In the runup to the Georgia Senate runoffs in January, Republican Sen. Kelly Loeffler’s campaign has raised questions about Democratic challenger Raphael Warnock’s arrest for allegedly obstructing a police investigation into alleged child abuse in Maryland.
In 2002, Warnock was a senior pastor of the Douglas Memorial Community Church in Baltimore and was accused of trying to prevent a state trooper from interviewing counselors at the church’s Camp Farthest Our in Eldersburg, Maryland, The Baltimore Sun reported at the time.
He was not a suspect in the child abuse investigation, but he and another minister, Mark Wainwright, had allegedly interfered with authorities conducting interviews with potential witnesses.
The ministers were arrested and charged, but Warnock denied any wrongdoing.
“Reverend Wainwright and I acted well within the framework of the law, and I am confident that we will be exonerated. It’s just unfortunate that our children had to see their pastors carried away in handcuffs,” he said at the time.
“My concern simply had to do with the presence of counsel. We cooperated fully with their investigation. We have nothing to hide.”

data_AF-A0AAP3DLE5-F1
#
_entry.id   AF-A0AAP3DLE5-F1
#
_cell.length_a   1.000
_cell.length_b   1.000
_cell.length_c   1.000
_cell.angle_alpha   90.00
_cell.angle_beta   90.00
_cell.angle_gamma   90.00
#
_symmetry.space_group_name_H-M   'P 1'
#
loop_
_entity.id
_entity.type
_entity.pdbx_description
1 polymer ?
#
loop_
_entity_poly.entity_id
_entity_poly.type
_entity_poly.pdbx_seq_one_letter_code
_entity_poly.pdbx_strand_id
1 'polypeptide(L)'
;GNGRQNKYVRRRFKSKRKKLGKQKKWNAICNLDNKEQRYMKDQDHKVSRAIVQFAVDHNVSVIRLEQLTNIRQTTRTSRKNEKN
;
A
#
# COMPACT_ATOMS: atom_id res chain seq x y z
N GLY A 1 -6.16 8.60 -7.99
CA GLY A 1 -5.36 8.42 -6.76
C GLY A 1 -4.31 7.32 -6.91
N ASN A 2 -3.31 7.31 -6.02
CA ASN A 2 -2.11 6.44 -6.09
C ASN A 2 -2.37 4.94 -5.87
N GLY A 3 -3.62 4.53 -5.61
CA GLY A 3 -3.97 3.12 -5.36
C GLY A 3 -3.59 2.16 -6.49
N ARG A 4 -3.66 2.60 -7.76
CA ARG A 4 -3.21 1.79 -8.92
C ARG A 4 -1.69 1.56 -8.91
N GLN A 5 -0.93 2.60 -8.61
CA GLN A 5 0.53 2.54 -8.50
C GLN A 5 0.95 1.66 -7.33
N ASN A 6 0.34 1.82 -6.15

The charges were dropped a few months later, and a prosecutor said the arrest came after “some miscommunication,” Fox News reported.
A spokesman for Loeffler called the allegation from the case “disgusting” and asked for Warnock to address it.
“What exactly was going on there?” Stephen Lawson asked.
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“What was the nature of the child abuse? What was his involvement? If he wants Georgia voters to believe anything he says, he needs to come clean and explain what happened.”
Warnock’s campaign responded to the resurfaced charge by saying it was not surprising that “false attacks” had started.
“It’s no surprise that as Reverend Warnock’s support grows, the false attacks start,” a campaign representative told Fox News.
“Thus truth is, he was protecting the rights of young people to make sure they had a lawyer or a parent when being questioned. Law enforcement officials later apologized and praised him for his help in this investigation.”
His campaign has said Warnock was a junior member of the church staff at the time of the 1995 event, during which the congregation reportedly chanted, “Fidel! Fidel! Fidel!”
“Twenty-five years ago, Reverend Warnock was a youth pastor and was not involved in any decisions at that time,” a representative of the Warnock campaign said.
The Democrat also has come under fire for naming as his “mentor” James Hal Cone, who wrote, “The goal of black theology is the destruction of everything white, so that blacks can be liberated from alien gods.”
The Jan. 5 runoff election between Warnock and Loeffler will be crucial to determining which political party will have control of the Senate.
This article appeared originally on The Western Journal.